Portland Community Reinvestment Initiative Inc. has come up with a plan to bring African-Americans families back to North and Northeast Portland.
On Tuesday, the nonprofit community development corporation announced the completion of Pathway 1000, a displacement mitigation plan and strategy that will create 1,000 residences for the community. Of those homes, 800 will be sold to new homeowners in an attempt to create generational wealth for Portland’s black community.
Maxine Fitzpatrick, executive director of PCRI, said the nonprofit was created 25 years ago in response to redlining and predatory loans.
Fitzpatrick said massive displacement of the community started in 2000 after the approval of the Interstate Corridor Urban Renewal Area, which cost tens of millions of dollars. The project promised to expand housing options, create wealth and revitalize the area.
The African-American community who lived in the area was skeptical of the revitalization plan.
“Developers and community developers understand what happens when you go into a very low-income community and invest that kind of capital,” Fitzpatrick said. “What the potential is thereafter. So they just took advantage of it.”
The renewal project was part of the expansion of TriMet’s MAX yellow line. The funding was awarded by the federal government, but Portland also had to provide matching dollars. “So creating another urban renewal district, I guess they felt was the best way to make that happen,” Fitzpatrick said.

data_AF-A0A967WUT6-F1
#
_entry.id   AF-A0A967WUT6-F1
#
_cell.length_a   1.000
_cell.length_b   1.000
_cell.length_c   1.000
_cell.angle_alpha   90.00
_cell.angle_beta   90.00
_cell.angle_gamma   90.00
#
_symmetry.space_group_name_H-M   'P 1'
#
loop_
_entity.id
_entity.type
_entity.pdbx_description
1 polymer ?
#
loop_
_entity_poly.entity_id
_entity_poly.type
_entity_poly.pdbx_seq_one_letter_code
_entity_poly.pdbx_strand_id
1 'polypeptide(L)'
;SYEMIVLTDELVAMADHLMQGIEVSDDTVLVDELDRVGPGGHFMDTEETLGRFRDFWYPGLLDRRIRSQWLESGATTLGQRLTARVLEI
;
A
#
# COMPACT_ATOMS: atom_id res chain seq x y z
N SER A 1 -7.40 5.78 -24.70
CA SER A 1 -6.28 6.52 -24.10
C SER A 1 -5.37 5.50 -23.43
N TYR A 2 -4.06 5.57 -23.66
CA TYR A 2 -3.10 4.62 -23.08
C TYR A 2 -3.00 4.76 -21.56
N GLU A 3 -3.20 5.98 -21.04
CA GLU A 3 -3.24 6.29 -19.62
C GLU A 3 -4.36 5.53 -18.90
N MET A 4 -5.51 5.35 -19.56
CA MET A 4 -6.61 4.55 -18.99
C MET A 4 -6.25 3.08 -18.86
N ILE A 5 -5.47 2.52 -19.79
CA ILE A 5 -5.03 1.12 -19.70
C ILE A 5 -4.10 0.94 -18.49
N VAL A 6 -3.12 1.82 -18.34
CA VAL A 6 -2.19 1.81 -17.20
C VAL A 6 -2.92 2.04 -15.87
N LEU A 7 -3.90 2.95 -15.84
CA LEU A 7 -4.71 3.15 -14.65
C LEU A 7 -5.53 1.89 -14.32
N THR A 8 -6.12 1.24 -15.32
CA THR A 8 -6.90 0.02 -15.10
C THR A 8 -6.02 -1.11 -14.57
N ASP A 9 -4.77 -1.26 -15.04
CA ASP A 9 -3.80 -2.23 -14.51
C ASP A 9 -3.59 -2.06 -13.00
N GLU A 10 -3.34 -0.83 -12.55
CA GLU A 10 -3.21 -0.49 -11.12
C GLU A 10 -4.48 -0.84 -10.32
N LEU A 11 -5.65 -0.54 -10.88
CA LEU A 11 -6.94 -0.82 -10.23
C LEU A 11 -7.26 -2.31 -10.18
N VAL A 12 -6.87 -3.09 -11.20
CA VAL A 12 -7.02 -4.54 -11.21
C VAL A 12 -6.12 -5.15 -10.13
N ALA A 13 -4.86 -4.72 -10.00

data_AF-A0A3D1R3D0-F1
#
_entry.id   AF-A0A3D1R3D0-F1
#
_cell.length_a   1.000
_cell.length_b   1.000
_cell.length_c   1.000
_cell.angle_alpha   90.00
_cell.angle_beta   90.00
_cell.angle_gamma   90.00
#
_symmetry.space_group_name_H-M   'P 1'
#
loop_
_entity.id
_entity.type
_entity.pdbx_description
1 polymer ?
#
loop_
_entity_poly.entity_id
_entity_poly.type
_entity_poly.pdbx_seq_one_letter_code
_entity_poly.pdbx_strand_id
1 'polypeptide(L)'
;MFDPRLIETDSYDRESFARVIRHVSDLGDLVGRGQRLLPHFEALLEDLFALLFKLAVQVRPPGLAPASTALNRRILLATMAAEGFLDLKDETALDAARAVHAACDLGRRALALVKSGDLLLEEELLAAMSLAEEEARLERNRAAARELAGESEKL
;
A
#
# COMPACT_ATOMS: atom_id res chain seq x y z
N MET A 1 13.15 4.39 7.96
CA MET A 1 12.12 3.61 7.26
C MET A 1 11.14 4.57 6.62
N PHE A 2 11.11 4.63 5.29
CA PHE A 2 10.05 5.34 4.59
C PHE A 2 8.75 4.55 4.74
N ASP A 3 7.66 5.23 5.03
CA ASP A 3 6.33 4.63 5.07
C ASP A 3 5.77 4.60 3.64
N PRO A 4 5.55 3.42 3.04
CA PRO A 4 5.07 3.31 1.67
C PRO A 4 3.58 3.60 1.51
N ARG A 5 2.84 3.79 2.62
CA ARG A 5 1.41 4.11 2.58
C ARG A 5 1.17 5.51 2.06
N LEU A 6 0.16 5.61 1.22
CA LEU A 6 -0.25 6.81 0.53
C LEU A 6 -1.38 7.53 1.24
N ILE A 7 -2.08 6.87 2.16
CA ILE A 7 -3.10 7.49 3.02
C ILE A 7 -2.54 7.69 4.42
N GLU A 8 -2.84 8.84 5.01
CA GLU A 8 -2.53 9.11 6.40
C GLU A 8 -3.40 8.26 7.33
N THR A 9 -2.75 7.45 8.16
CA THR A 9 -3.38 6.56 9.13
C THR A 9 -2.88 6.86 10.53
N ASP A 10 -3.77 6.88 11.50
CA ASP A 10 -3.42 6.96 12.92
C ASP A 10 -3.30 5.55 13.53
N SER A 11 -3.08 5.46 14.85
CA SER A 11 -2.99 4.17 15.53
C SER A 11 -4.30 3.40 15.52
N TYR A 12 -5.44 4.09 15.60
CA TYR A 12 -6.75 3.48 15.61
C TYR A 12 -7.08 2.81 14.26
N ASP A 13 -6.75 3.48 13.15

PCRI’s project will raise and invest $300 million over the next 10 years. The organization plans to leverage its own portfolio while it raises money to fund the project. Very little funding will be provided by the government to limit dependence.
The Pathway homes are affordable housing, which by federal standards means households that earn 80 percent or less of the area’s median income.
Prior to the urban renewal project, typical homes in the area sold for less than $50,000. Today, they start around $400,000.
“[Planners] began to talk to the Northeast Portland residents and [the residents] of course were concerned because they had been displaced already four times, just at will by the city,” Fitzpatrick said.
According to PCRI, more than 16,000 individuals were displaced between 2000 and 2017.
PCRI has already built homes on Northeast Sixth Avenue and Ainsworth Street, and Fitzpatrick said you can’t tell the difference. The homes are made with quality materials and the goal is for families to pass them down from generation to generation.
PCRI’s houses range in cost from $180,000 to $230,000.
“They are incredible. We were featured in Fine Homebuilding magazine and the caption was: ‘How to build quality housing on an affordable budget,’” Fitzpatrick said.
PCRI will be host a grand opening of their new properties in late August.
Sharing America: A Public Radio Collaboration
Erica Morrison is part of the public radio collaborative “Sharing America,” covering the intersection of race, identity and culture. This new initiative, funded by the Corporation for Public Broadcasting, includes reporters in the Northwest and Hartford, Connecticut, St. Louis and Kansas City. You can find more “Sharing America” coverage here.